NZTA’s Highway and Network Operations Group has two main inventory databases: the Road Assessment and Maintenance Management (RAMM) database and the Bridge Data System database. For our limited follow-up work, we chose to sample data in the RAMM database.

The RAMM database contains detailed information about the road pavement and other related assets. The Bridge Data System database contains information about bridges, tunnels, and other structures.

When we carried out our first audit, independent network management consultants and physical works contractors were responsible for gathering, collating, and maintaining information in the RAMM database. Regional bridge consultants were responsible for gathering information about bridges and providing it to NZTA, which then entered it into the Bridge Data System database.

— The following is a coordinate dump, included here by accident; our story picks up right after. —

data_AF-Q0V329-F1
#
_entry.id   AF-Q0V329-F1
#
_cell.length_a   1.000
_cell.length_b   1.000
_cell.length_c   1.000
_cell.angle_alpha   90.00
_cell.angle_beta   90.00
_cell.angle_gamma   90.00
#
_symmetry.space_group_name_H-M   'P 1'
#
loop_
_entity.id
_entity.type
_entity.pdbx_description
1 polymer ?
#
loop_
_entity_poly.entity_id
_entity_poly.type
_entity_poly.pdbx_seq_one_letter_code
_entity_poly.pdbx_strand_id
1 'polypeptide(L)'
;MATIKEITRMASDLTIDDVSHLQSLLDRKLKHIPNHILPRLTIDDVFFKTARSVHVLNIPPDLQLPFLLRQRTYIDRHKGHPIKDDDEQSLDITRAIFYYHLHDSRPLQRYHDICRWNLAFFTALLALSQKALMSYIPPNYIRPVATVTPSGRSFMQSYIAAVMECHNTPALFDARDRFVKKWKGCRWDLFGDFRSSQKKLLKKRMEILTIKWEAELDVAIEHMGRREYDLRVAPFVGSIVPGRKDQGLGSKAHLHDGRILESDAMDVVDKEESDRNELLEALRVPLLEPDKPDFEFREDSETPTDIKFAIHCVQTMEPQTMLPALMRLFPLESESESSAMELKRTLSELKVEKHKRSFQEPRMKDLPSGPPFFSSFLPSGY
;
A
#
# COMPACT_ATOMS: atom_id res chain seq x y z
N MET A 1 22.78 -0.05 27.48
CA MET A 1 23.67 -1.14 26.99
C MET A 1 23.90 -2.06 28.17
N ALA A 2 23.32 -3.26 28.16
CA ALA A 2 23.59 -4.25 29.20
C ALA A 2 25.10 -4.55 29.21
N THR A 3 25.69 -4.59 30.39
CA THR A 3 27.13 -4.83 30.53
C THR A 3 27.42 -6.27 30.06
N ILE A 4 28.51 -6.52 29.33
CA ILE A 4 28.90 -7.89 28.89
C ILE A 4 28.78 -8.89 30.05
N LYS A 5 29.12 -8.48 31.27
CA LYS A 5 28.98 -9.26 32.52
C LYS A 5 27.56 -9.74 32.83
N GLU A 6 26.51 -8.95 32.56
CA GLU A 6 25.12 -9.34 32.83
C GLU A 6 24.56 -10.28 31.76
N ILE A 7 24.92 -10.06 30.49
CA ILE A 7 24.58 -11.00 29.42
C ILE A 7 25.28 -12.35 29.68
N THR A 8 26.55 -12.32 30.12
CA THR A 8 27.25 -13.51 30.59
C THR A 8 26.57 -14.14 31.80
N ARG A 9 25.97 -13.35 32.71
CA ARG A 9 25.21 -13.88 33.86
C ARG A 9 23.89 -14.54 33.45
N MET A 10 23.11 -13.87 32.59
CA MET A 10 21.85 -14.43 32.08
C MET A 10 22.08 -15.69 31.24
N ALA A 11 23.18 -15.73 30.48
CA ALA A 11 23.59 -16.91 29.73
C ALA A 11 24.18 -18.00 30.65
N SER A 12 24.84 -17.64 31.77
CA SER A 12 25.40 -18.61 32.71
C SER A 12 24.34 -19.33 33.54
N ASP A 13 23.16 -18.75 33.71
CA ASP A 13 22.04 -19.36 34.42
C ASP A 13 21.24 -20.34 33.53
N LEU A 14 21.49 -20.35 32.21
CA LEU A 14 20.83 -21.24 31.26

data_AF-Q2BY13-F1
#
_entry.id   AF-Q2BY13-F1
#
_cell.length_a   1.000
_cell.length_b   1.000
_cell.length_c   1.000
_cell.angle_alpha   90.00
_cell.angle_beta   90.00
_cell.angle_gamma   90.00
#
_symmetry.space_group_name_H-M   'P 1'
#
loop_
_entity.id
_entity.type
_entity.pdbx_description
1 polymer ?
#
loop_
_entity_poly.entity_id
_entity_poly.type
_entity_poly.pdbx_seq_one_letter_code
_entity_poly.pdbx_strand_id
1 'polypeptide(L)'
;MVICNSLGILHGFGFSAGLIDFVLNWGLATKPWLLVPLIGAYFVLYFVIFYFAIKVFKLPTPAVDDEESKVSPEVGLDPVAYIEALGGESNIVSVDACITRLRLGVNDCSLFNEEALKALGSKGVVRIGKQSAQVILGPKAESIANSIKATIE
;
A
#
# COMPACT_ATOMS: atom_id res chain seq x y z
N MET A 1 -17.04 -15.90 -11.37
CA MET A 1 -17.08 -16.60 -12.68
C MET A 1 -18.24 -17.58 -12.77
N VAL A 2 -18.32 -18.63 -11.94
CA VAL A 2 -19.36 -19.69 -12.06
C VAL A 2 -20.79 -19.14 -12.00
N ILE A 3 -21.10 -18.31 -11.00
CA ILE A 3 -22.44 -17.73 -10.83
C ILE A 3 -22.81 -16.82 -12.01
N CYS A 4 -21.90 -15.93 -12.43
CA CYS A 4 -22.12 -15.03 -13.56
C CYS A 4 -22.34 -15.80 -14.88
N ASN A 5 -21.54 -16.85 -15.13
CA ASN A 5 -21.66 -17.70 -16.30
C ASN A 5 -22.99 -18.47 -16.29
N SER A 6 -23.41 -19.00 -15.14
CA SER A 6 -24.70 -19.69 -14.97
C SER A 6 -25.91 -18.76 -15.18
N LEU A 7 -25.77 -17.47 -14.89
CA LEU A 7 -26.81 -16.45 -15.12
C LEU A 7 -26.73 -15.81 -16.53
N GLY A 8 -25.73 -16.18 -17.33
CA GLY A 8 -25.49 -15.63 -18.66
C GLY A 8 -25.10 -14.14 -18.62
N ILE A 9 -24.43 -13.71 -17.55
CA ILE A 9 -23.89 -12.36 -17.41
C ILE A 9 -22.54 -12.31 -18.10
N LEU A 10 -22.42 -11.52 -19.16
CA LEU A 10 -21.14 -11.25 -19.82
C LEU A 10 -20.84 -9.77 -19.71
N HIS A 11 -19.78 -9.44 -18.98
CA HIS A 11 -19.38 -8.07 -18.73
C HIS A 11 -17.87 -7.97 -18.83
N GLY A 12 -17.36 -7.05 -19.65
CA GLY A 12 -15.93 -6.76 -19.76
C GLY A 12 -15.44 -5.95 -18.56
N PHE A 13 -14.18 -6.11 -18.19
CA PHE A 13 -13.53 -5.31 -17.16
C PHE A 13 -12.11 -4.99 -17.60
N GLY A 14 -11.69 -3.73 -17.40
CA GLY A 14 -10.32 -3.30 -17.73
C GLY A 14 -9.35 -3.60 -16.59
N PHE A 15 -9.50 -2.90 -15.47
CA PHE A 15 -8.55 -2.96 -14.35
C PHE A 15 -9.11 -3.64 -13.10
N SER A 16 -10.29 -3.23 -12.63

Our first report concluded that there was a high degree of variability in the completeness of information in the databases. This was because those responsible for providing the information did not always provide NZTA with timely, complete, and quality information about completed work. Accordingly, NZTA needed to ensure that external parties provided timely and complete information about the works carried out on the network. NZTA also needed to ensure that the information in the two databases was as complete and up to date as possible.

Also, NZTA needed to ensure that those providing the information had their own quality assurance systems and validation procedures, and were appropriately certified.

Providing timely and complete information